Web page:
The single most important reason for using a buyer’s agent to represent you on your home purchase is to secure a NYC buyer agent commission rebate so you can receive cash at closing.
Working with a buyer’s agent also offers you the benefit of professional representation to help you navigate through the listing search, offer submission, deal negotiation, board application and overall purchase process to ensure that you have the best chance of securing that highly sought after property.
Generally speaking you will not be required to sign any agreement which obligates you to work with our affiliated buyer’s agent throughout your entire home search. As you prepare to submit an offer however, you should expect your buyer’s agent to confirm with you in writing the percentage commission rebate which he/she is willing to offer you on the deal. Keep in mind that the particular arrangement is subject to negotiation between yourself and your buyer’s agent.
While buyer agent commission rebates are completely legal and actually encouraged by the New York Attorney General, it’s never recommended to reveal the fact that you are receiving a rebate to the listing agent or seller. Although it is not permitted to discriminate against brokers who share their commissions with their clients, it is never recommended to draw attention to yourself because it could just complicate the process.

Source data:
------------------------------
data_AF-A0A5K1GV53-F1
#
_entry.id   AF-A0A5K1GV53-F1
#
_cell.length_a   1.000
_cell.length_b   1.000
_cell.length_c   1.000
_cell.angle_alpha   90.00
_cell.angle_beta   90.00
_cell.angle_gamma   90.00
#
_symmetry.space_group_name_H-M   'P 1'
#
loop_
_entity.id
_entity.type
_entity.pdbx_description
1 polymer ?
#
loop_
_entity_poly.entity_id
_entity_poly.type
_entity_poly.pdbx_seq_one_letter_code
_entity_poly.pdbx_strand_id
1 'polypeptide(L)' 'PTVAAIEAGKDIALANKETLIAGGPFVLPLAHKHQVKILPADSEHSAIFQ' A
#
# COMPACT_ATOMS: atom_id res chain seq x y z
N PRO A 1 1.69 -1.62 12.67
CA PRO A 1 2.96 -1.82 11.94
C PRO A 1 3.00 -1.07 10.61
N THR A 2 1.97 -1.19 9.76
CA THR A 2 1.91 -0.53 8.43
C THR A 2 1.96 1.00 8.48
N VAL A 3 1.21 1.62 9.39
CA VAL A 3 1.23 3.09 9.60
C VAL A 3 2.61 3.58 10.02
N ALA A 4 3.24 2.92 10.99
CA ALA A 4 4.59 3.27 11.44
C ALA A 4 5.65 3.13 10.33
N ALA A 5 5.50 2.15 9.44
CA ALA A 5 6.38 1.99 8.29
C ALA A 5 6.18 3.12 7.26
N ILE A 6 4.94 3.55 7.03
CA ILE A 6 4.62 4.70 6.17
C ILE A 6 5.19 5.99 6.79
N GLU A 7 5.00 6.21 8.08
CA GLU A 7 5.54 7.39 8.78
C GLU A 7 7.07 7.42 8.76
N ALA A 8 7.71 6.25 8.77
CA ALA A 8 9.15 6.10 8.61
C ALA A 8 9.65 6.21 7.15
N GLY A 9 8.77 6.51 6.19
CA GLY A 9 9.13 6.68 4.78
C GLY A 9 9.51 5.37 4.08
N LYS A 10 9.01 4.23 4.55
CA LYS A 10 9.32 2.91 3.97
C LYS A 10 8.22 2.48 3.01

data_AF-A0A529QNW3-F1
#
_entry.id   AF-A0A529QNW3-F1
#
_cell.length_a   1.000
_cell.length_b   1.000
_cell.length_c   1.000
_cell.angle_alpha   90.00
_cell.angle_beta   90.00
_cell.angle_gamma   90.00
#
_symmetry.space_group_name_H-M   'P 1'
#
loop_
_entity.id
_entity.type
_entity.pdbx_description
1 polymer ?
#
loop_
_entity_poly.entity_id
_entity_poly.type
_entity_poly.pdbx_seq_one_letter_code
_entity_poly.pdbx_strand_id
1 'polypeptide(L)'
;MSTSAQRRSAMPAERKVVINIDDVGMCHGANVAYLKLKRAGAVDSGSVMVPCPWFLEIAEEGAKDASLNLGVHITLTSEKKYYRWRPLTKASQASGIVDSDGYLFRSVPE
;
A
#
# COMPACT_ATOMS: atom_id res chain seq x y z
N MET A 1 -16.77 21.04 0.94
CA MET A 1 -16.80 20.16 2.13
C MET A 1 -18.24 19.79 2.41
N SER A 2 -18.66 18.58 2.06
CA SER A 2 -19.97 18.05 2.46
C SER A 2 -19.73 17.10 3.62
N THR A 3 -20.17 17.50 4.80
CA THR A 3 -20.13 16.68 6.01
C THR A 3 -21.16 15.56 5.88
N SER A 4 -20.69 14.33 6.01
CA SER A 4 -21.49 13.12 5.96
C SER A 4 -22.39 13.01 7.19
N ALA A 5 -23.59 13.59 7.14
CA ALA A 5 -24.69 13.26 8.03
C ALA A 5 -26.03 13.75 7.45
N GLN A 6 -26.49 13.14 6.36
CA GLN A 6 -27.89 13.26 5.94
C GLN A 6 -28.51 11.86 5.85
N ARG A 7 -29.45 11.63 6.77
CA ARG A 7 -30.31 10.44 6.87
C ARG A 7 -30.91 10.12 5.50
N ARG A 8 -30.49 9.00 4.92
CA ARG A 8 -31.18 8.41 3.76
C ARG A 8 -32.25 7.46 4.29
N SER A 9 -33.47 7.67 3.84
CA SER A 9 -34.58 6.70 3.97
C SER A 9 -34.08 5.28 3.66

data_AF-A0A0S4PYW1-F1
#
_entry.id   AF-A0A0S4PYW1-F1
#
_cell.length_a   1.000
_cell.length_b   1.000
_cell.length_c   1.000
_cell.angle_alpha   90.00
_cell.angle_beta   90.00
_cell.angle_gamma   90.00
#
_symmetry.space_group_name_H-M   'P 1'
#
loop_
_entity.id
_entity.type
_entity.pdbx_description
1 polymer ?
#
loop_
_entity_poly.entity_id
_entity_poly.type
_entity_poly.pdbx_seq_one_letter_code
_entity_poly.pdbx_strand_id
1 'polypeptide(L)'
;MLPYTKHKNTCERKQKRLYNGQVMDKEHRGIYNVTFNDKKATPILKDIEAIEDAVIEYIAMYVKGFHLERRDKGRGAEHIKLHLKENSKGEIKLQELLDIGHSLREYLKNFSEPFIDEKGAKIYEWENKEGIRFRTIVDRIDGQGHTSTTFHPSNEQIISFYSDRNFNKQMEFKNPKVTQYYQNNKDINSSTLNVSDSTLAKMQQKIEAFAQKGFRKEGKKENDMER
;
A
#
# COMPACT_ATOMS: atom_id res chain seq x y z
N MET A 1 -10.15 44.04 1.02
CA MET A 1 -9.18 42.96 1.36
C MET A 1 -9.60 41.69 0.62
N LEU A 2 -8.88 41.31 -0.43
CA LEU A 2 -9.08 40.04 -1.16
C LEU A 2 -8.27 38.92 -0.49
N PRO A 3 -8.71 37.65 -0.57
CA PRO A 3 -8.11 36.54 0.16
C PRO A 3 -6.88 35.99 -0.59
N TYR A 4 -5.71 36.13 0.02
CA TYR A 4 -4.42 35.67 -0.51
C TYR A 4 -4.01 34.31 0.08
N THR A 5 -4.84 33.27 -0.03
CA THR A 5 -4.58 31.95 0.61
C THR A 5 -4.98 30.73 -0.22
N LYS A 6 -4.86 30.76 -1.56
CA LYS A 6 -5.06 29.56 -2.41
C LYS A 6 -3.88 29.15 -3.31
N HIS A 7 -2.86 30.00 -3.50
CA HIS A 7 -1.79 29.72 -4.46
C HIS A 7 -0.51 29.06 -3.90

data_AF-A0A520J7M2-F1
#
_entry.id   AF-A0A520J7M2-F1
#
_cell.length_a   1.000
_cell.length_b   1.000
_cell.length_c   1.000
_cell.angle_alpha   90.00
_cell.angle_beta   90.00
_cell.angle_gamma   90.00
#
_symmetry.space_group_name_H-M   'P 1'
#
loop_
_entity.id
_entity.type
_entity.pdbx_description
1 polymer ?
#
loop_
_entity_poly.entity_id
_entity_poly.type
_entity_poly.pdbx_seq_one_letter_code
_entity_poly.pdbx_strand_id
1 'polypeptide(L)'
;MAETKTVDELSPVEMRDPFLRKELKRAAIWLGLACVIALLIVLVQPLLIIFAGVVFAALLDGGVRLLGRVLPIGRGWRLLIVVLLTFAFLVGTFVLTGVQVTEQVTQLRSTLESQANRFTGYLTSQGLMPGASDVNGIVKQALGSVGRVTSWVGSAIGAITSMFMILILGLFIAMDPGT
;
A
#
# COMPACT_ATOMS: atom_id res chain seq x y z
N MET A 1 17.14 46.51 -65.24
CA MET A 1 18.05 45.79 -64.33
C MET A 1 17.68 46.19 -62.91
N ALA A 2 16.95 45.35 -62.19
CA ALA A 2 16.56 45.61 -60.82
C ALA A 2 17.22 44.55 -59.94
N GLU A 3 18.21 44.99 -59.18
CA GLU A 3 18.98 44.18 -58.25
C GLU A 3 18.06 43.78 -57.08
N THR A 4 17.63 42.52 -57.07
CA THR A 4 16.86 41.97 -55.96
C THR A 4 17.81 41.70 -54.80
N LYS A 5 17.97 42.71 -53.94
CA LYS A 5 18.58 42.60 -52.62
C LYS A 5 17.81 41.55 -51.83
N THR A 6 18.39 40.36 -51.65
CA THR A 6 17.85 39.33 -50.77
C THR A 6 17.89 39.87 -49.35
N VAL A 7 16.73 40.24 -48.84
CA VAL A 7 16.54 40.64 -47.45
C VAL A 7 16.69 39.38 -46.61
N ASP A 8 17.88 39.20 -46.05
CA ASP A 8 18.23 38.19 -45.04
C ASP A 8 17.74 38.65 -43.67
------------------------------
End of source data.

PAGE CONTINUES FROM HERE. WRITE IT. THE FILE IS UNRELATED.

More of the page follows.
Home buyers who’d like to earn the commission rebate but prefer to search for and view homes on his/her own are more than welcome to do so.
But in order to ensure you qualify for the rebate, please be sure to direct all questions and showing requests for properties through your buyer’s agent so that he/she may ask the listing agent on your behalf.
When attending open houses on your own, you must sign in and identify that you are represented by your buyer’s agent on the sign-in sheet so it’s documented.
Please consult your attorney to ensure that commission rebates are legal your area before engaging in any such arrangement. This article is not a substitute for legal advice.
Attorney General Eric T. Schneiderman recently issued an open letter urging participants in the New York residential real estate market to take advantage of a recent change to the State’s Real Property Law confirming that real estate agents may rebate a portion of their commissions to clients. The New York Attorney General released a letter to the New York Real Estate community urging them to take advantage of rebate commission opportunities to increase price competition and benefit consumers. A full copy of the letter may be read below:
Dear participant in New York’s real estate industry:
I am writing to alert you to a recent change in New York State’s Real Property Law that was strongly supported by my office. This law has the potential to breathe new life into competition in the residential real estate brokerage industry, to the benefit of all New Yorkers. I urge you take advantage of this law and help reinvigorate price competition among real estate brokers in New York.